Lincoln -- This Saturday's Heartland Forum in Storm Lake, Iowa, is a chance for Democratic presidential candidates to show their Rural Policy bona fides.
Most are dodging the forum, showing they have none. Elizabeth Warren will show up and, if anyone is paying attention, lay out an impressive platform. Iowa Democrats might just take notice and move her to the top of the polls. National Democrats who understand that winning in rural states is the key to regaining the Senate and the Presidency might also take notice.
Warren so far is the only candidate in either party who demonstrates a sufficient appreciation of the real problems facing farmers and rural economies. And rather than wringing her hands about it, as do Bill Galston (at Brookings) and Paul Krugman (in the NYT), she knows what she would do about it.
Here are the closing passages in Warren's otherwise wonderfully policy-wonkish platform that especially got my attention:
More than a century ago, during the Gilded Age, prairie populists joined together to fight for farmers during a time of massive economic transformation. They understood that working on the farm was honorable work that deserved to be recognized just as much as other occupations.
In his famous “Cross of Gold” speech, William Jennings Bryan said: “The farmer who goes forth in the morning and toils all day, begins in the spring and toils all summer, and by the application of brain and muscles to the natural resources of this country creates wealth, is as much a businessman as the man who goes upon the Board of Trade and bets upon the price of grain.”
Like Bryan, I will fight for farmers — “for this broader class of businessman.” I want Washington to work for family farmers again, not just for the agribusiness executives pocketing multi-million dollar bonuses or the Wall Street traders sitting at their desks speculating on the price of commodities. I want family farmers to be fairly rewarded for their hard work. That is how we build an economy that works for everyone.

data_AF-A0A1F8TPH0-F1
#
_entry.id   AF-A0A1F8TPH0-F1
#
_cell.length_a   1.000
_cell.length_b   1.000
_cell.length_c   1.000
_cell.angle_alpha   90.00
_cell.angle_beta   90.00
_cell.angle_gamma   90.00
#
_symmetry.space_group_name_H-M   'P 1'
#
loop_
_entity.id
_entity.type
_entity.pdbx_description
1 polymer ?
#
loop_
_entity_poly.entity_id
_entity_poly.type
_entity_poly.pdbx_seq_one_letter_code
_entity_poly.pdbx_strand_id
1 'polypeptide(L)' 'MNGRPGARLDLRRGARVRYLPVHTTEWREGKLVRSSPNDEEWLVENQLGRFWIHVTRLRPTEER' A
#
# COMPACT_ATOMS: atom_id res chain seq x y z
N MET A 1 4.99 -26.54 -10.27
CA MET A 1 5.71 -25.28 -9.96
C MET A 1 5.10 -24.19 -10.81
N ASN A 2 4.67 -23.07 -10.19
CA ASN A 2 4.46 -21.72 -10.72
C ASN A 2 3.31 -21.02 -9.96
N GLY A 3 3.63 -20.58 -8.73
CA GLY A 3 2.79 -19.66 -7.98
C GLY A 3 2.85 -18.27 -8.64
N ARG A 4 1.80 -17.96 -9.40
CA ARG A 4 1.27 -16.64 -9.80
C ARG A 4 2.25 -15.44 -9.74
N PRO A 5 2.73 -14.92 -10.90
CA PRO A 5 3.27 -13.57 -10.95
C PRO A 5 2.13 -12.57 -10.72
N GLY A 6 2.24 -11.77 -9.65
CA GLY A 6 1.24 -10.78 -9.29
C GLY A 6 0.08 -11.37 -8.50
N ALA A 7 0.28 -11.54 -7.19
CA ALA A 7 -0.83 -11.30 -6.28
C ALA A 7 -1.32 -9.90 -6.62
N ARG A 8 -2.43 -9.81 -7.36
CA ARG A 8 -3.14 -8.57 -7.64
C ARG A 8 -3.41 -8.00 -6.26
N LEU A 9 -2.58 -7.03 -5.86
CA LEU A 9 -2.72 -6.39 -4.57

Nebraskans: Are you paying attention? Are there any prairie populists left in the home state of William Jennings Bryan? From what I hear, not many. Some – surely not all – Nebraska and Iowa farmers are saying that they are not concerned about low ag prices; that this is a sacrifice necessary to stop unfair Chinese trade practices in high-tech computing.* Or something. Never mind that most farmers had never heard of the esoteric technology issue before. Anything, even losing the farm, is apparently not too much to rationalize years and years of voting with the "Wall Sreet traders" and the monopolists. William Jennings Who?
* An Iowa farmer told the Washington Post: “As the farmer sees it, we’ve had times a lot worse for grain prices as we’ve got right now. We know China’s been screwing us for years, not only on farm products but on technology. We know we can duck our heads and pull our boots on and get through this, and, in the long run, the whole country is going to be better off."